In addition to all the activities mentioned above, the girls got to talk to a variety of women in STEM during a round-robin styled role model session. They got to ask questions regarding schooling, day-to-day lifestyle, and challenges faced in the workplace. A Chemist, Marine Biologist, IT specialist, and an Engineering Specialist for Jazz Aviation were all present.
You can view pictures from the camp HERE
On March 8, 2019, nations from around the world recognized International Women’s Day (IWD), celebrating women and girls and committing to a vision of a world that does more to support and empower them.
This year’s theme for International Women’s Day, ‘Balance for Better,’ hit especially close to home for WISEatlantic. The theme focused international attention on working towards a balance of genders in all areas of the workforce in order to better our world. Striving towards the day where gender balance is achieved in Science, Technology, Engineering and Math (STEM) careers is at the core of what WISE Atlantic does.
“I think the theme was important, because many people assume that we already have a gender equitable workforce as more females are going to university or post-secondary than ever before,” says Sally Marchand, program coordinator at WISEatlantic, “But in some fields such as STEM and Business, a gender equitable workforce isn’t the case.”
STEM fields still show disparity between the percentages of men and women who choose to pursue careers in them and between the percentages of men and women who choose to stay.
“’Balance for Better’ speaks to our mission of increasing the number of women in STEM careers – a more gender equitable workforce will increase innovation and make the working environment better for both women and men.” Sally says.
WISEatlantic has been participating in IWD events since 2012. This year, WISEatlantic ran a session at MSVU during the Girl’s Conference and spoke with young girls and their parents about WISEatlantic programs at the International Women’s Day event hosted at the Halifax Central Library.
The session at the Girl’s Conference featured role models from various STEM careers who spoke with participants about their jobs. The role models were beekeeper and dietician Jillian Ruhl, software engineer Anna Bullen, chemist Christa Brosseau, business analyst Amanda Macphee, mathematician Karyn McLellan and biologist Danielle Gaiter. More than a few girls said that the workshop was their favourite.
“Exploring Careers with Impact was my favorite workshop because I learned a lot about different careers in more detail and from the person themselves. It helped me know about more career options and open up future possibilities.” one girl said.
During the event at the Halifax Central Library, Sally was interviewed by CBC radio. She says that her most memorable moment from this year’s IWD events was also at the library, listening to keynote speaker Dr. Rita Orji.
“She is so inspiring to young girls, as she hadn’t even used a computer before she enrolled in Computer Science in university and now she has a PhD in computer science.” Sally says.
Overall, both events were a success, and it was inspiring to be able to participate in such an important celebration.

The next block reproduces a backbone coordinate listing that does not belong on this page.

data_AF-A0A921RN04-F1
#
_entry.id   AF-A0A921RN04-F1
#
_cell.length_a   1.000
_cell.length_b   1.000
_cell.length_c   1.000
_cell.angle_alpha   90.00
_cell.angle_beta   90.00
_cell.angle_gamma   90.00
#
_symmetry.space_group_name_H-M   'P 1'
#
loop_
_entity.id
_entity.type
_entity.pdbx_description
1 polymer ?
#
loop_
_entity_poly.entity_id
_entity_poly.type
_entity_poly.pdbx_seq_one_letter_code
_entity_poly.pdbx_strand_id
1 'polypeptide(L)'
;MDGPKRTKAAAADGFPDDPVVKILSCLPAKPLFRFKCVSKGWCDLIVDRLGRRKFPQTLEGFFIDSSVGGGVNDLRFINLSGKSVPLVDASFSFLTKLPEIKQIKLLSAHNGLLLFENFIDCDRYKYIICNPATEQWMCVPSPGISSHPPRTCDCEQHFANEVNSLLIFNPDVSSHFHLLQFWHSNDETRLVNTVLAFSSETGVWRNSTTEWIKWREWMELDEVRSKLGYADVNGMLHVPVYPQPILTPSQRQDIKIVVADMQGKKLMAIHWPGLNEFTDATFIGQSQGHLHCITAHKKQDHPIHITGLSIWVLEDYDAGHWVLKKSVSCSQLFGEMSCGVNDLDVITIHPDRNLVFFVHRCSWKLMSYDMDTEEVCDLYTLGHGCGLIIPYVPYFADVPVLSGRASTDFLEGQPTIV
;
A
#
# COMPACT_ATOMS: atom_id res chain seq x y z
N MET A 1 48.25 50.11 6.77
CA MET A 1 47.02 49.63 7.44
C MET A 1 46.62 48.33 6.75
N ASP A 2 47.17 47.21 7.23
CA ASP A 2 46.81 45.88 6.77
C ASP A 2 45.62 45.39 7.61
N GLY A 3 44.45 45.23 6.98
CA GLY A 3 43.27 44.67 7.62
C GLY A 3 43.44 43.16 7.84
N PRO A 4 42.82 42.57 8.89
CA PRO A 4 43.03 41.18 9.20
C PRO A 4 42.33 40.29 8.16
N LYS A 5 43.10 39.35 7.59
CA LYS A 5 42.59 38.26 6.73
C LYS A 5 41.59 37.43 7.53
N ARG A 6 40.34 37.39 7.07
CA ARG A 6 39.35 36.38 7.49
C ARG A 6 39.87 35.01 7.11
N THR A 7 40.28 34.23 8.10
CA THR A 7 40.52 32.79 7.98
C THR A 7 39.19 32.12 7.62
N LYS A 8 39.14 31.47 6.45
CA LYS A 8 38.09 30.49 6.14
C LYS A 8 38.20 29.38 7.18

“Participating in IWD events is important, as it renews the call to support women in the workforce and the challenges that they still face, particularly for Women in STEM.” Sally says. “It’s encouraging to see how many people and organizations out there are supporting Women in STEM.”
Have you heard the good news?! Halifax is getting it's own chapter of the Canadian Association of Girls in Science (CAGIS)! Starting in September, 2019.
CAGIS is an award-winning club for girls aged 11 to 16 that facilitates interest in Science, Technology, Engineering, and Mathematics (STEM). CAGIS chapter members meet monthly to explore STEM with fun, hands-on activities led by women and men experts in a variety of STEM fields.
These monthly events often occur at the work places of our STEM experts, giving girls a behind-the-scenes view and allowing them to experience the lab and field environment for themselves!
If you’d like to learn more, or register, please visit the CAGIS national website at girlsinscience.ca
We had a fantastic time at the first-ever Girls Get WISE Science Retreat at St. FX University on March 23, 2019.
The 11 girls who participated in the event learned the physics behind roller coasters and used that knowledge to build their own roller coasters using foam pipe insulation and marbles. X-Chem Outreach coordinator Jennifer Fraser led the other hands-on session; using various methods to test the pH of various household chemicals.
Thanks to our role models, Kelsey Sampson – Primary Care Paramedic, Dr. Genice Hallett-Tapley – Chemist, Brittany MacDonald – Chemical Engineer, and Dr. Tara Taylor – Mathematician, for chatting to the girls about their careers and broadening their knowledge of STEM careers.
A special thanks also goes out to the Women in Science group at St. FX who had seven members volunteer with us!
Visit our Facebook page, facebook.com/WISEatlantic to view pictures of the event.
We were pleased to see an increase in applications for our Partnerships Program for the 2019 year, but it made it much harder to decide! Thank you to all organizations/individuals who applied.
We would like to congratulate the following organizations/individuals who will be receiving Partnerships Program Funding for 2019:
Click here for more info on our Partnerships Program funding.